CENTRAL: Theydon Bois
Head far out of town, to almost Epping, and the Central line halts in the middle of the countryside. Only rarely does the Underground serve a genuine village - Chalfont and Latimer are the only other examples I can think of. But Theydon Bois is proper rural, albeit reborn as an Essex dormitory suburb, with a village pond and ducks and everything. The green is part of Epping Forest, which starts officially just up the hill behind St Mary's church. No littering, no model aircraft, no picking the flowers. A few of the houses facing the green are old and classy, with thatched roofs and perfectly striped lawns. Many of the others are terraced cottages, dating back to an era after the railway came and the village opened to incomers. But head away from the main roads and the houses are newer, more mixed, occasionally Towie aspirational. The local butcher is a "Purveyor of Quality Meats", while bread is still served from a "High Class Bakers And Confectioners". But on Good Friday the parade of shops is closed and only the Tesco Express is serving, with queues way back past the chocolate eggs.
The village boasts three pubs, the most remote named Sixteen String Jack after a notorious 18th century highwayman. You'd have thought twice about taking the road up Jack's Hill back then, with Epping Forest a notorious haunt of bandits. You'd have thought twice about walking into the forest yesterday too, with muddy tracks and marshy puddles where soon a meadow of buttercups will bloom. As for The Railway Arms down by the station, that pub closed in 2011 and is now a forlorn sight. The car park is fenced off, there are legal notices in the windows, and the only sign of commercial life is a remaindered chalkboard advertising the final Neil Diamond Tribute Evening.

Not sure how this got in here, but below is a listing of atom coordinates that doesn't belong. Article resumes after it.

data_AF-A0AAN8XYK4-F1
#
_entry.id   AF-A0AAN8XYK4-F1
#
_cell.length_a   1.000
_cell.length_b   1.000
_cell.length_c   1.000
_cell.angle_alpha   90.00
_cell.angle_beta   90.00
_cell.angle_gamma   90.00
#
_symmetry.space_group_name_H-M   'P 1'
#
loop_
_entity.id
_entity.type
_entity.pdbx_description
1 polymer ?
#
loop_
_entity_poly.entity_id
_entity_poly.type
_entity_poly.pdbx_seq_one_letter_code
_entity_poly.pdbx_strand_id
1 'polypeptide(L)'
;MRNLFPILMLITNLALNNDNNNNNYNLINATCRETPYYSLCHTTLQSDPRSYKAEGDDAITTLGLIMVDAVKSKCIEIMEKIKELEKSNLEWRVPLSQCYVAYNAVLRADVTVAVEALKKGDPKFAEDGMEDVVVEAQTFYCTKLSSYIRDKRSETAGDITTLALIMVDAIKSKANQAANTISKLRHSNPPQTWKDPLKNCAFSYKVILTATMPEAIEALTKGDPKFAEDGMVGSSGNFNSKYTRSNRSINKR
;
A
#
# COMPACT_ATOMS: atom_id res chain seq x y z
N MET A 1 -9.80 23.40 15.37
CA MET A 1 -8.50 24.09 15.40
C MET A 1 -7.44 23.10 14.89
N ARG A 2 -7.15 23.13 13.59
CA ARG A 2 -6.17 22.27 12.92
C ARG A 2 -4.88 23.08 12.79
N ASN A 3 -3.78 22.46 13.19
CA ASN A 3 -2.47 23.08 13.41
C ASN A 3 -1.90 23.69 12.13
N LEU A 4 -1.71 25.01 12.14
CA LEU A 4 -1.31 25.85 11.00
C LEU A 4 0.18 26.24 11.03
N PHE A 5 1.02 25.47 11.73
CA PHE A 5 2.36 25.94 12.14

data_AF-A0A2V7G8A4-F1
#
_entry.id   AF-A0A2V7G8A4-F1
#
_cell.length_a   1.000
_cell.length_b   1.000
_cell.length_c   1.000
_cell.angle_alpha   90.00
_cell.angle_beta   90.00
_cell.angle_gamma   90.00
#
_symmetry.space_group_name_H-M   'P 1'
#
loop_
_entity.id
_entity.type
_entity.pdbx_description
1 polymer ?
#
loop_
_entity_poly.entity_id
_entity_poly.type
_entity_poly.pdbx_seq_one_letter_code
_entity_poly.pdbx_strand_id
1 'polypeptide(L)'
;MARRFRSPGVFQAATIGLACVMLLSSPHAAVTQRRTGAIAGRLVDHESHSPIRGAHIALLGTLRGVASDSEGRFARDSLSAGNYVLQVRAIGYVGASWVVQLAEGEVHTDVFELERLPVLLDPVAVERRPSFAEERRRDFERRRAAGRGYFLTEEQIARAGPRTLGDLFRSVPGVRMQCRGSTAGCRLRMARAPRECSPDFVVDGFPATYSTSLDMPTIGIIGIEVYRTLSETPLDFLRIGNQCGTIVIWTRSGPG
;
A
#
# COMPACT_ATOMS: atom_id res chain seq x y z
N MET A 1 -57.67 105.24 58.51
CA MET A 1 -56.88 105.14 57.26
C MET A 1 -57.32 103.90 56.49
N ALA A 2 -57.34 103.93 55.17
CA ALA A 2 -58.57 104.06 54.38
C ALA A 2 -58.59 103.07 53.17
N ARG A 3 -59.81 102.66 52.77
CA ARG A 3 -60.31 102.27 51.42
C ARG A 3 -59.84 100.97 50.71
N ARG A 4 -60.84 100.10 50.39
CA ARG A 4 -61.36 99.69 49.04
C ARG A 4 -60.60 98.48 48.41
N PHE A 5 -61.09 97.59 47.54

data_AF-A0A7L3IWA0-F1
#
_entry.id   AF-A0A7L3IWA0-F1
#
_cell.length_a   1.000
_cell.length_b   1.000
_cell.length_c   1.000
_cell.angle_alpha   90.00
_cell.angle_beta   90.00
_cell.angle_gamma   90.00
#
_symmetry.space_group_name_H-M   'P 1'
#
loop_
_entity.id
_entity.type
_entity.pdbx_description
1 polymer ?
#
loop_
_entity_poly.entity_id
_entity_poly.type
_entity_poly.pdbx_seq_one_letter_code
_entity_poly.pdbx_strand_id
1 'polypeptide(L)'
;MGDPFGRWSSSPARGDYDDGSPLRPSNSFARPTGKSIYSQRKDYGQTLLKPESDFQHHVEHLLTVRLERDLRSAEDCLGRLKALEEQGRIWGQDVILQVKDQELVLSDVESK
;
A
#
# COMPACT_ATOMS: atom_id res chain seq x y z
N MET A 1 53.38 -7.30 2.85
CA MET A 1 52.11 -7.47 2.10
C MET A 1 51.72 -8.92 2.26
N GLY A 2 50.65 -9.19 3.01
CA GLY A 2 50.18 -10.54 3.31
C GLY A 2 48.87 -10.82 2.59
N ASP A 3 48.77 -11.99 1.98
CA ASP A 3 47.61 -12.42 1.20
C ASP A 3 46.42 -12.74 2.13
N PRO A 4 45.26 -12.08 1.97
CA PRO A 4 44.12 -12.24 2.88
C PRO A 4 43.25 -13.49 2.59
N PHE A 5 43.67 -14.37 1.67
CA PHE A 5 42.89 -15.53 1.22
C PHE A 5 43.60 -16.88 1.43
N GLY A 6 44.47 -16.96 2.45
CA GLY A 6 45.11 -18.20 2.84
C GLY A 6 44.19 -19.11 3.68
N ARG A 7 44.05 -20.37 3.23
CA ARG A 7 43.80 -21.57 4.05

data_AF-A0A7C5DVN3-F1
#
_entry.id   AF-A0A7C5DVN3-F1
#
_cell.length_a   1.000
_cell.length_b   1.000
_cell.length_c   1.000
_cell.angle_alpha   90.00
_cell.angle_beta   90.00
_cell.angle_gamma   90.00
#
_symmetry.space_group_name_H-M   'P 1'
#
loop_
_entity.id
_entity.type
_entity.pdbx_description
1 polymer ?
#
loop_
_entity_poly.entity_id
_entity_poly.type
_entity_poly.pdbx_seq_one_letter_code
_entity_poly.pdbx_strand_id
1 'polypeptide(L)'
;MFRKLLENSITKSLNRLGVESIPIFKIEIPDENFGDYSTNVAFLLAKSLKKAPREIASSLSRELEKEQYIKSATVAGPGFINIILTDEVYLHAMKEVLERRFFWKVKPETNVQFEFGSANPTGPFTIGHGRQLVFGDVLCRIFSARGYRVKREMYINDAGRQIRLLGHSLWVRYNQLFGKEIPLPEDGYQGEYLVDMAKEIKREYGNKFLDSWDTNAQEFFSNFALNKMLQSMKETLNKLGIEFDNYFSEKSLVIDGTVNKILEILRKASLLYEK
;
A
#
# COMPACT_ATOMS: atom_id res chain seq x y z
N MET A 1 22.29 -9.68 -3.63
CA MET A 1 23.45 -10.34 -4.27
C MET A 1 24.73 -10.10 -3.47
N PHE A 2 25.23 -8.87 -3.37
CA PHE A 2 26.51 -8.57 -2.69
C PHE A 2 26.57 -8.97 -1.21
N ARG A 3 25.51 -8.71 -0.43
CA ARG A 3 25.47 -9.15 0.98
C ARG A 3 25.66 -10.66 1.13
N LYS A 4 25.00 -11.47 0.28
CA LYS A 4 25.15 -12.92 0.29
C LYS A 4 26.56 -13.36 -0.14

The station itself will be 150 years old in a couple of years time, originally opened by the Great Eastern Railway before London Transport snapped the line up. It's the least used station in Zone 6, as you might expect serving a village of a few thousand (and the complete absence of street lights in Theydon Bois can't help commuter numbers either). The platforms are peaceful places, watched over by horses in fields to the east, although the M25 rumbles not too far behind. They're joined by a lattice footbridge, open and narrow, currently littered with salt to prevent unseasonable frost taking hold. None of the daffodils in the flower beds have opened yet, although one looks like it might do soon if temperatures lift. And the name of the village, to save you asking, rhymes with Noise. Although there isn't much of that.